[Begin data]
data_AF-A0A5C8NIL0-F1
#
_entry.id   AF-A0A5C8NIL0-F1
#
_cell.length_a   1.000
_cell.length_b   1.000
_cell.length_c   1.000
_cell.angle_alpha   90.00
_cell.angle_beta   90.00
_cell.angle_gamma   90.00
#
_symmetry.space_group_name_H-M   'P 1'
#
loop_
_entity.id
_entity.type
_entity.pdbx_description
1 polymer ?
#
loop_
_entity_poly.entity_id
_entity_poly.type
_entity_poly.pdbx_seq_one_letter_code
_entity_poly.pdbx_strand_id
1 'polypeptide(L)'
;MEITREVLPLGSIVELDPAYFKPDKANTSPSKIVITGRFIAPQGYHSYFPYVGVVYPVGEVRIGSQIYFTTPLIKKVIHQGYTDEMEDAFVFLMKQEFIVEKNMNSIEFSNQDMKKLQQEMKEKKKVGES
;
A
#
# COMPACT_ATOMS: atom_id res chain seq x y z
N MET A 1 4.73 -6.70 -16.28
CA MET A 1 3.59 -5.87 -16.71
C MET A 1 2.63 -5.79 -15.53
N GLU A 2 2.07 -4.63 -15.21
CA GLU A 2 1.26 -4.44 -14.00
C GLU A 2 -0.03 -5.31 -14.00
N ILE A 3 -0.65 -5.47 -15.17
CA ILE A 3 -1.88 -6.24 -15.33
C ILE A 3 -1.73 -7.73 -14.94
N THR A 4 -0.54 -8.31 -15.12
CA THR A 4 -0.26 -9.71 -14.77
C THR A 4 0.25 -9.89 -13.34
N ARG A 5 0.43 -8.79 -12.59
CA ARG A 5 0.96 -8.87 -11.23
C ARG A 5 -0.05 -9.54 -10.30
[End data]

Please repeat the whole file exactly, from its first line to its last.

data_AF-A0A5C8NIL0-F1
#
_entry.id   AF-A0A5C8NIL0-F1
#
_cell.length_a   1.000
_cell.length_b   1.000
_cell.length_c   1.000
_cell.angle_alpha   90.00
_cell.angle_beta   90.00
_cell.angle_gamma   90.00
#
_symmetry.space_group_name_H-M   'P 1'
#
loop_
_entity.id
_entity.type
_entity.pdbx_description
1 polymer ?
#
loop_
_entity_poly.entity_id
_entity_poly.type
_entity_poly.pdbx_seq_one_letter_code
_entity_poly.pdbx_strand_id
1 'polypeptide(L)'
;MEITREVLPLGSIVELDPAYFKPDKANTSPSKIVITGRFIAPQGYHSYFPYVGVVYPVGEVRIGSQIYFTTPLIKKVIHQGYTDEMEDAFVFLMKQEFIVEKNMNSIEFSNQDMKKLQQEMKEKKKVGES
;
A
#
# COMPACT_ATOMS: atom_id res chain seq x y z
N MET A 1 4.73 -6.70 -16.28
CA MET A 1 3.59 -5.87 -16.71
C MET A 1 2.63 -5.79 -15.53
N GLU A 2 2.07 -4.63 -15.21
CA GLU A 2 1.26 -4.44 -14.00
C GLU A 2 -0.03 -5.31 -14.00
N ILE A 3 -0.65 -5.47 -15.17
CA ILE A 3 -1.88 -6.24 -15.33
C ILE A 3 -1.73 -7.73 -14.94
N THR A 4 -0.54 -8.31 -15.12
CA THR A 4 -0.26 -9.71 -14.77
C THR A 4 0.25 -9.89 -13.34
N ARG A 5 0.43 -8.79 -12.59
CA ARG A 5 0.96 -8.87 -11.23
C ARG A 5 -0.05 -9.54 -10.30